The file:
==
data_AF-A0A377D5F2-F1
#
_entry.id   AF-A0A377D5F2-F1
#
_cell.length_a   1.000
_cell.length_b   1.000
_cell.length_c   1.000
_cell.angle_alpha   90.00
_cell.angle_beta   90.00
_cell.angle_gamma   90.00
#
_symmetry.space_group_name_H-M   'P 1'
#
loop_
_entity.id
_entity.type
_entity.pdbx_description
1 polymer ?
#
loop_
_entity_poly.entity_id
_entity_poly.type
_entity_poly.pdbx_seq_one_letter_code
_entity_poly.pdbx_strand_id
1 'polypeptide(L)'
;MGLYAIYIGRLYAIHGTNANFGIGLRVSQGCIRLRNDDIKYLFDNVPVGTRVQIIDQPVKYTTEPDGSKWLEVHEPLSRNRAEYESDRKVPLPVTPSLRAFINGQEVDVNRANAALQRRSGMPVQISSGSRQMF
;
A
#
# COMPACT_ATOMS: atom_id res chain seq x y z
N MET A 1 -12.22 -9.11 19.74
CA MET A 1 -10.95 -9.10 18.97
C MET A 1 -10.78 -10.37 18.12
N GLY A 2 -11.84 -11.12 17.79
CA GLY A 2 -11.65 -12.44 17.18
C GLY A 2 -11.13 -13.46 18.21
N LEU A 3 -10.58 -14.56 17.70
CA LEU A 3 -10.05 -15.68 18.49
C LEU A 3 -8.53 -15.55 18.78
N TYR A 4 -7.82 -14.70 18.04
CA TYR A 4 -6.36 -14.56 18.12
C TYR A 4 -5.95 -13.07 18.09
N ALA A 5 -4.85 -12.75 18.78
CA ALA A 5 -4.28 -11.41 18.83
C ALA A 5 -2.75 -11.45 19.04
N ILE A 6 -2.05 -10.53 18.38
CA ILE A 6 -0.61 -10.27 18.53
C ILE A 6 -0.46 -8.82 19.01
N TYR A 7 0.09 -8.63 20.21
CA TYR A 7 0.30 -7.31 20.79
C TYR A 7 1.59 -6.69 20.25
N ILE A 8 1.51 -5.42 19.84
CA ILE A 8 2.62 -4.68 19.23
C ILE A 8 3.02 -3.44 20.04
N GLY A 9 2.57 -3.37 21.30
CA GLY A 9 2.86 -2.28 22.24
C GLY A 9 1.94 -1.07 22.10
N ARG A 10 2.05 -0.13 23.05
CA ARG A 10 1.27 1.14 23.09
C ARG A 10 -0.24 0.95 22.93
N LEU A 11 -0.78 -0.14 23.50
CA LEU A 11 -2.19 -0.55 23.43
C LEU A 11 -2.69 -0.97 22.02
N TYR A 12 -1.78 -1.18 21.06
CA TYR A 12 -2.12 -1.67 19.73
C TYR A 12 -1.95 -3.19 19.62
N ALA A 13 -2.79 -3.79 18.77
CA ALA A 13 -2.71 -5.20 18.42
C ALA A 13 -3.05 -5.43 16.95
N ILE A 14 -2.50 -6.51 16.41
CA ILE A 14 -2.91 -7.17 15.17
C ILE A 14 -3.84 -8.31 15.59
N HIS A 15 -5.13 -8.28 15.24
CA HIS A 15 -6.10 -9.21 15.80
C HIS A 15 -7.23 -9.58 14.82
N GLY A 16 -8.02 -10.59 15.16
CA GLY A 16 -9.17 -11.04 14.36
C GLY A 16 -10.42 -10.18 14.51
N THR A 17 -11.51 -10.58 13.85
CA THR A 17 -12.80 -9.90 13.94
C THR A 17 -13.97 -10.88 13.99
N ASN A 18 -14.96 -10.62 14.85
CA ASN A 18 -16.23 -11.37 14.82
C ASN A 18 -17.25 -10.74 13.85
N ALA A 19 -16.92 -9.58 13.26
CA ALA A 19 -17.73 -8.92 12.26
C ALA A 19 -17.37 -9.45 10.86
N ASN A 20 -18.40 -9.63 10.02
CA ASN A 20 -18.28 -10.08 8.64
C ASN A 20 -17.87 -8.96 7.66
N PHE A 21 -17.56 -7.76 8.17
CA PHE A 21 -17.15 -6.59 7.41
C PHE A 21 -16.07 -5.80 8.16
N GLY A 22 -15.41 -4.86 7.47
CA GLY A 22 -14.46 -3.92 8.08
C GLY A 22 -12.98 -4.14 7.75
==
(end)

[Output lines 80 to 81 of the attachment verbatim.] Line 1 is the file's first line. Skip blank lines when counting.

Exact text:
CA THR A 17 -12.80 -9.90 13.94
C THR A 17 -13.97 -10.88 13.99